Tuesday 22 November 2011

The Z word ain't so bad

'Re-imaginings' are commonly anything but: the word tends towards a desperate attempt to conceal the fact that your film is neither similar to the original nor particularly creative. 2010's A Nightmare on Elm Street has no reason beyond the bottom line for existing: but dress it up as a 're-imagining', and oh! It sounds so much better than, 'Well, we like money'.

2007's Halloween, on the other hand, is a re-imagining all right. Director Rob Zombie actually has an artistic vision and a style, both totally different from John Carpenter's: and if Halloween still isn't a great or even a good film, it deserves to stand out among its soulless slasher-film remake brethren all the same.

As the film opens we're introduced to the awful lives of Deborah Myers (Sheri Moon Zombie), her worthless boyfriend Ronnie (William Forsythe), her teenage daughter Judith (Hanna Hall) and her favourite, ten-year-old Michael (Daeg Faerch). When Mrs Myers is called in by Michael's headmaster it emerges that the boy, ignored by his sister and bullied by Ronnie and assorted idiots at school, has been killing and dissecting animals. Soon after, Michael ambushes one of the bullies, beating him almost to death with a heavy branch. On Halloween night, he murders Ronnie, Judith and her horny boyfriend Steve (Adam Weisman) in a shockinly brutal sequence that remarkably pays almost no homage whatsoever to the iconic opening scene of Carpenter's 1978 film.

Michael is confined to a mental hospital, where he is treated by Dr Sam Loomis (Malcolm McDowell). But the boy degenerates rapidly and takes to making elaborate masks which he wears at almost all times because 'it hides my ugliness', alternating between sullen silence and seemingly normal childhood behaviour in therapy. 'Seemingly', you see, because when he is left alone Michael assaults a nurse, stabbing her almost to death, and is confined to the institution for life. Mrs Myers eventually kills herself while Dr Loomis gets over his feeling of failure by publishing a cash-in book on Michael. And shortly before Halloween fifteen years after the original murders, a grown-up Michael (Tyler Mane) escapes, leaving a trail of corpses in his wake.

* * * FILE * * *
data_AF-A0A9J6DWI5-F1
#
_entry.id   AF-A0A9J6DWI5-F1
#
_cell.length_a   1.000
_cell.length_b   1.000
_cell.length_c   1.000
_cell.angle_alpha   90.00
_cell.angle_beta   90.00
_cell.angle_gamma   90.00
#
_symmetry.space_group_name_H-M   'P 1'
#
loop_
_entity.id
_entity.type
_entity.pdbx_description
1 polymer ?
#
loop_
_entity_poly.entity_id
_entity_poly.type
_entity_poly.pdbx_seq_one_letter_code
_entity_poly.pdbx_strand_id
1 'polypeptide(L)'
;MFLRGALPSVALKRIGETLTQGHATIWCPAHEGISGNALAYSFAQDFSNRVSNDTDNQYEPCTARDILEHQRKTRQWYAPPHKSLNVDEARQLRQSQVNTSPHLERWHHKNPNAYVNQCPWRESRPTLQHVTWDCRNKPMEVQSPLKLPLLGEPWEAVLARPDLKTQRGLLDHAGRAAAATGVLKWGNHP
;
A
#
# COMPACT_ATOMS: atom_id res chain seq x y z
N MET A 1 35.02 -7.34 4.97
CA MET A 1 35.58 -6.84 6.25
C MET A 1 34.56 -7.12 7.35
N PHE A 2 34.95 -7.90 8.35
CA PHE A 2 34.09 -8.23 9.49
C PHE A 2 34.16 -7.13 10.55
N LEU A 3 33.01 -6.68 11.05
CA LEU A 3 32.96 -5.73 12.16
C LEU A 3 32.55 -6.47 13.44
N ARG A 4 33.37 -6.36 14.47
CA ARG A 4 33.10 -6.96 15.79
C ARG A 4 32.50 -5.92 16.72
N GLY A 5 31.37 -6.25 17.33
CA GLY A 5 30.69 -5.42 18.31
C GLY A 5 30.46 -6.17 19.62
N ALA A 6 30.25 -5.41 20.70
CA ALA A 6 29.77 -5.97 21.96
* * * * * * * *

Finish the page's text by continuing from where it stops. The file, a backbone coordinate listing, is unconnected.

He's headed to Haddonfield, Illinois, in the part of the film that is actually a recreation of the original, albeit greatly compressed. We're introduced to Laurie Strode (Scout Taylor-Compton), Michael's baby sister who is now living with adoptive parents (Pat Skipper and Dee Wallace). Laurie and her friends Annie (Danielle Harris) and Lynda (Kristina Klebe) notice they are being followed by a strange man, but shrug it off. On Halloween night, Lynda goes heels to Jesus with her boyfriend Bob (Nick Mennell) in the old Myers house while Annie and Laurie babysit Lindsey (Jenny Gregg Stewart) and Tommy (Skyler Gisondo) respectively, and Dr Loomis races to Haddonfield to liaise with Sheriff Brackett (Brad Dourif) and stave off a massacre.

Zombie's style is wildly at odds with Carpenter's. Let's start with Michael Myers himself. The Shape of 1978, as played by Tony Moran and Nick Castle, was a totally anonymous person: of average height and build and, with a perfectly normal face when briefly unmasked. In the remake, by contrast, Michael is played by 6'8'' ex-wrestler Tyler Mane, and the move from Joe Bloggs to hulking strongman makes a massive difference. This Michael is physically far more similar to Jason Voorhees, and the move towards superhuman proportions is accentuated by his far more brutish and forceful attack style: he beats people to death with his bare hands more than once. (There's a gender dimension to this: the original's androgynous killer has been replaced by an aggressively masculine one.) Then there's the mask. The original's expressionless white turned the killer into a symbol. The remake's mask is greyish, torn and dusty, loose and ill-fitting.